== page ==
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Canada  

National dementia strategy

An expert panel has released a report outlining the best ways to tackle the growing incidence of Alzheimer's and other forms of dementia among Canadians as a basis for the federal government's long-promised national strategy on the progressive brain diseases.

The report by the Canadian Academy of Health Sciences panel, released Monday, is aimed at helping the Public Health Agency of Canada create and implement a national dementia strategy, which is expected to be unveiled toward the end of this year.

"The report is not a plan," said Dr. Howard Bergman of McGill University, who chaired the six-member panel. "It will inform those preparing the plan by looking at the evidence and then assessing the best practices."

More than half a million Canadians are living with dementia. By 2031, that number is expected to nearly double, says the Alzheimer Society of Canada. Two-thirds of those affected by the neurodegenerative conditions are women.

In the document, panel members say quality of life for Canadians living with dementia and their caregivers, as well as access to health and social care, can be improved across all stages of the disease process, which in some people can last for years, even decades.

Basing its overall findings on evidence from individual provinces and national and international policies and best practices in dementia care and support, the report recommends that the development of a national strategy consider seven priorities. They include engaging persons living with dementia, education and support for caregivers, building and supporting the health- and social-care workforce, and supporting research and innovation in all stages of dementia.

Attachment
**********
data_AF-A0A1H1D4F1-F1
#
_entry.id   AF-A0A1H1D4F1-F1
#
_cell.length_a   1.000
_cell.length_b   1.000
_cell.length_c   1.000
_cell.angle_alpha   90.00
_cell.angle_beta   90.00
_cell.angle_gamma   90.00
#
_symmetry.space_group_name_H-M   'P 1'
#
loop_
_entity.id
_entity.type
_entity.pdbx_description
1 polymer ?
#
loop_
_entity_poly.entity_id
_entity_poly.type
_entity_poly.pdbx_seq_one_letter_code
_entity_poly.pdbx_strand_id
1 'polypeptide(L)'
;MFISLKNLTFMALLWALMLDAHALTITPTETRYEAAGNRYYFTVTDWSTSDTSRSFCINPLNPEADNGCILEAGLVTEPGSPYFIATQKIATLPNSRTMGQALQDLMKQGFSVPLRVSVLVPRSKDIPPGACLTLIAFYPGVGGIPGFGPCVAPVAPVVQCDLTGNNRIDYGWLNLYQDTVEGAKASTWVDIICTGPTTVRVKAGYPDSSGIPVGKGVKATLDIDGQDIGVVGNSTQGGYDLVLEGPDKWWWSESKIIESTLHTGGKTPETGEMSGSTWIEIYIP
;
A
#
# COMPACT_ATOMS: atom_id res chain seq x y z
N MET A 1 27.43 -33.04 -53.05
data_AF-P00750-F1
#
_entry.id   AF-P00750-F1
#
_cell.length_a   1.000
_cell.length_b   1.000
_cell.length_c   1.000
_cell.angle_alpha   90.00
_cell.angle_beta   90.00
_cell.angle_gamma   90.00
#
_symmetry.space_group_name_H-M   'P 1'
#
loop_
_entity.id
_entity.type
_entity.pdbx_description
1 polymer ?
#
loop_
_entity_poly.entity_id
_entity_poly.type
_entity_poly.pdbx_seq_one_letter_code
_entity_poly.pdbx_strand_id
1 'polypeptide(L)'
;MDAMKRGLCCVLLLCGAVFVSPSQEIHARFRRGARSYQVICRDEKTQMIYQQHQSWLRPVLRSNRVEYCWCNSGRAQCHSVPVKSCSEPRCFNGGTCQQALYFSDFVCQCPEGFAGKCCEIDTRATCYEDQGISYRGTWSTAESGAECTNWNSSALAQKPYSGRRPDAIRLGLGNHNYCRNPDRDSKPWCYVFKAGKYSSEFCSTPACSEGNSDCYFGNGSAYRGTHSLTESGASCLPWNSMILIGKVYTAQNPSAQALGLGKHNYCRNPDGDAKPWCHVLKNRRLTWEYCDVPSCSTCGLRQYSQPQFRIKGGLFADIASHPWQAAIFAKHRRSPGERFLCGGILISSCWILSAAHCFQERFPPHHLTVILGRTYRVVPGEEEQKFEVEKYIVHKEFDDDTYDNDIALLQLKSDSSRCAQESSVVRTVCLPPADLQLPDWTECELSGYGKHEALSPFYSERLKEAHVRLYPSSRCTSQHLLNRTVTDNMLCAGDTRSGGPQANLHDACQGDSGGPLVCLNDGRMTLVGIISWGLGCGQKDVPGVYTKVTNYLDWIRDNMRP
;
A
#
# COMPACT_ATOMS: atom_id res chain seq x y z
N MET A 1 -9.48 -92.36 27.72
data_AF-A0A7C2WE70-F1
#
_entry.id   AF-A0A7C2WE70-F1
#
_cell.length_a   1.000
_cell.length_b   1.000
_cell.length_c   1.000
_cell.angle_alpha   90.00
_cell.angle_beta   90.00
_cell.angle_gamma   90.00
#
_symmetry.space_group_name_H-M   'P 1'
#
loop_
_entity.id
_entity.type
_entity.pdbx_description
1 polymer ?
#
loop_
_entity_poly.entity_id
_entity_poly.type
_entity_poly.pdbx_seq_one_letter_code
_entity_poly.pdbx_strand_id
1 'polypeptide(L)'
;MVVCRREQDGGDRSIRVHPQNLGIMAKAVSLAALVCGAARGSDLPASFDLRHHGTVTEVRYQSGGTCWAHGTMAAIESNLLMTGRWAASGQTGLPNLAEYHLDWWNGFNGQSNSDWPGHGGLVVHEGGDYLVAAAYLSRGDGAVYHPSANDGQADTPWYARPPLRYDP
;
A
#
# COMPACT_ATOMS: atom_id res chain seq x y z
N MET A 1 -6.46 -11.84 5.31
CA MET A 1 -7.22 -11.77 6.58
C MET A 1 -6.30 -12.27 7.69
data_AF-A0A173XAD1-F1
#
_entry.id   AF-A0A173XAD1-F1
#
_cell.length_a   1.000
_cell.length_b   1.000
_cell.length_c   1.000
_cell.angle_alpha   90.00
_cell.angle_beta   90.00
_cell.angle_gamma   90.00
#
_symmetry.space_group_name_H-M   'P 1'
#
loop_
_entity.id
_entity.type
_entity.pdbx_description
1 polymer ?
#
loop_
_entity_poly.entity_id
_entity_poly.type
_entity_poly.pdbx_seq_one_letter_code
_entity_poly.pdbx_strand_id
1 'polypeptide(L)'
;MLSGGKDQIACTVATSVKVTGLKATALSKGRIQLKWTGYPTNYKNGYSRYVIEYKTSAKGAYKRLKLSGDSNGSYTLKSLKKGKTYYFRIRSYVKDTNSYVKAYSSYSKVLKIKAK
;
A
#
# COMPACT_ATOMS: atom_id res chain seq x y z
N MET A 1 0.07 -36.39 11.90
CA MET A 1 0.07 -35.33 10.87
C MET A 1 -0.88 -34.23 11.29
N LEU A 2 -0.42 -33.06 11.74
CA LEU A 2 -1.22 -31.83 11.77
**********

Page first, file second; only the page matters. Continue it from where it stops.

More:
Despite the lack of a formalized pan-Canadian strategy, Bergman said the federal government already has a solid basis for creating a plan for dealing with a disease that costs the country an estimated $10.4 billion year. By 2031, that figure is expected to increase by 60 per cent, to almost $17 billion.

"I have often heard Canada doesn't have a dementia strategy," he said from Montreal. "That is false, because we've had provincial dementia plans which compare with the best plans in the world, that began in the 1990s."

The challenge for the Public Health Agency, he said, will be melding best practices from those plans into a national strategy, to support those who may have the most difficulty accessing diagnostic and care services, including Canadians living in rural areas, immigrants, Indigenous Canadians and those within the LGBTQ community.

A national dementia strategy must be flexible and avoid a "one-size-fits-all approach," Bergman said.



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